How is it possible that people who contract a serious lung disease such as COVID-19 quickly develop other problems outside the lungs? Why do people die from serious complications and do doctors see damage in many different organs upon autopsy?
A more comprehensive answer now seems to be coming from an American group of researchers (Sydney Stein and colleagues; the results are described in a preprint). They performed an extensive autopsy on 44 people who died from COVID-19. These individuals all had symptoms of so-called 'long COVID', the serious physical symptoms that occur and last for a long time as a result of the infection with the corona virus.
To obtain their results, the researchers performed a number of techniques, including a combination of digital PCR and in situ hybridization and immunohistochemistry. To put it simply, they used a PCR method that detects individual DNA molecules (PCR is also done in testing to see if you are infected or not, but that is a different form of PCR: Q-PCR) . The result you get from this method is not a curve based on a number of points, but a simple yes/no answer; hence the name digital PCR – think of the 0 or 1 situation in the digital world. The method is extremely powerful, because you can, for example, pick up 1 particle of HIV - the virus that causes AIDS - from a whole blood sample, as was already established in 2012.
After Corona particles were identified by digital PCR, in situ hybridization and immunohistochemistry were done for confirmation. In situ hybridization is a method in which you detect DNA or RNA in place (hence 'in situ') in the tissue. This is done by binding a piece of DNA or RNA that carries a dye. If the DNA or RNA is present, you will see staining. Immunohistochemistry works differently: with this method you detect specific proteins in the tissue with antibodies. These antibodies are subsequently stained. Thus, in a positive immunohistochemistry stain, a particular molecule, such as the virus 'spike', is present. The in situ hybridization reveals the viral RNA encoding the spike.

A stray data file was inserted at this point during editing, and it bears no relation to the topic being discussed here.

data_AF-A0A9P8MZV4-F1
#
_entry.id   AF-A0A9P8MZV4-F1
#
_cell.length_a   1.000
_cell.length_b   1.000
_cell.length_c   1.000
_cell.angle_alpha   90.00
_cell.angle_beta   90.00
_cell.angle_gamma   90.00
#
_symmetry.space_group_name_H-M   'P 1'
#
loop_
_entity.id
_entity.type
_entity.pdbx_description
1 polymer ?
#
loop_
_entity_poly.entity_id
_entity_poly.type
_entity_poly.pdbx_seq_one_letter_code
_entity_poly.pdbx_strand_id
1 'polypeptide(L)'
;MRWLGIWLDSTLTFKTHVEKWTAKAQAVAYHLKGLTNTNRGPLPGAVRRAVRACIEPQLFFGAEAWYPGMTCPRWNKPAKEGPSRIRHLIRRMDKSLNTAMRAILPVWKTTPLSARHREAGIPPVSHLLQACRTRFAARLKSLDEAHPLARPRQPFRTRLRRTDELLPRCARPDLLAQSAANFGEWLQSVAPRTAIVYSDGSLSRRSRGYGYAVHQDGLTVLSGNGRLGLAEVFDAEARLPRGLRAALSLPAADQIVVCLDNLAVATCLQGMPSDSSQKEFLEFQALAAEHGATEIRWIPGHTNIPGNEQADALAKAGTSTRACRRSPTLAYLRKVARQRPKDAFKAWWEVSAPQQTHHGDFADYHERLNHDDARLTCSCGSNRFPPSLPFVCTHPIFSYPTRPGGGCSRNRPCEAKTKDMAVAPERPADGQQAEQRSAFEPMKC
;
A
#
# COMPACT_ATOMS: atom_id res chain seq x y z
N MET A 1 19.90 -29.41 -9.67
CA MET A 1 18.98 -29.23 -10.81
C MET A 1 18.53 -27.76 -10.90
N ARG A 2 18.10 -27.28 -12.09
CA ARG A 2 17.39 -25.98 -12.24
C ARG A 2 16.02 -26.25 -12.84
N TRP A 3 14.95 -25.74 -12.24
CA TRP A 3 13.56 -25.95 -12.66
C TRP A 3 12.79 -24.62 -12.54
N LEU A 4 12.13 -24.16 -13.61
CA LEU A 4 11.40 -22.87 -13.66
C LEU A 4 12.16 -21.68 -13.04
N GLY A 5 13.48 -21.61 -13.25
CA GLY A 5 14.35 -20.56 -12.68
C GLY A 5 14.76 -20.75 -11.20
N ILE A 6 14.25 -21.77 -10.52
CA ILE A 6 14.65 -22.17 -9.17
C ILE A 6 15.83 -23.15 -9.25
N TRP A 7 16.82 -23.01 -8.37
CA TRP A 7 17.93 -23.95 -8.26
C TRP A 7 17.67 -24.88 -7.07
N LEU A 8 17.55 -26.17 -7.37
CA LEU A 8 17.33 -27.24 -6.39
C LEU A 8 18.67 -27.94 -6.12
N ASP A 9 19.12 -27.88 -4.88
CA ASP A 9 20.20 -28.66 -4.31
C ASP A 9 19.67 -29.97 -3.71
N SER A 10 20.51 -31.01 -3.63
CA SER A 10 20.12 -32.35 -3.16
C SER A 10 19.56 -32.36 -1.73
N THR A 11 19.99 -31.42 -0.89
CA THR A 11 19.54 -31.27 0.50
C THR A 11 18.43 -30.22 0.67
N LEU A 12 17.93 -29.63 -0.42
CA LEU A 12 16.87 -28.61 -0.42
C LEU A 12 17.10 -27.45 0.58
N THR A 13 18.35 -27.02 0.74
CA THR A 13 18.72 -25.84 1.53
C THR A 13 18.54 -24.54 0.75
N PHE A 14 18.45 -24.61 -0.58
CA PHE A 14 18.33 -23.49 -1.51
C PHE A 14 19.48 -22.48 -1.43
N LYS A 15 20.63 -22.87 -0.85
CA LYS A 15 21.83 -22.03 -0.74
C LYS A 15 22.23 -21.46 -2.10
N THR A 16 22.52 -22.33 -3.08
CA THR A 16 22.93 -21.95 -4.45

Another nice example of applied technology: single copy sequencing was used in the study. This allows you to show whether the DNA of the virus is the same or different in certain tissues or whether there is 'heterogeneity' within a certain tissue. You look at a piece of RNA of the virus of which only 1 so-called copy is present, in this case the RNA coding for the spike. It turned out that other variants of the virus were present in the brain compared with the lungs or other organs. They may have originated there.
The results showed that the patients had virus particles in virtually all tissues in the body. The virus had also managed to cross the so-called 'blood-brain' barrier and settle in brain cells. A few numbers to show how convincing the data seem to be: 43 of 44 patients had the virus in respiratory tissue at death; in cardiovascular tissue it occurred in 35 out of 44 patients; in the genitals it was detected in 17 of 40 patients and in muscle, skin, fat or nervous tissue the virus was detected in 30 of 44 patients. The gastrointestinal tract did not remain virus-free either: the virus was detected there in 32 of the 44 patients. In 11 patients, the brain tissue was investigated thoroughly: in 10 of them the virus was detected in this tissue. All in all, this indicates that the virus is certainly not limited to the lungs and is found throughout the body.
The researchers indicate that this is not the first study of the presence of the virus outside the lungs, but it is the most comprehensive. They explain the long-term presence of the virus in tissues outside the lungs due to a lower immune system activity in these tissues. In the lungs, invaders are eliminated faster, something we would definitely like to see throughout the whole body to counteract the serious effects of lung COVID.
Photo by CDC: https://www.pexels.com/photo/coronavirus-3992933/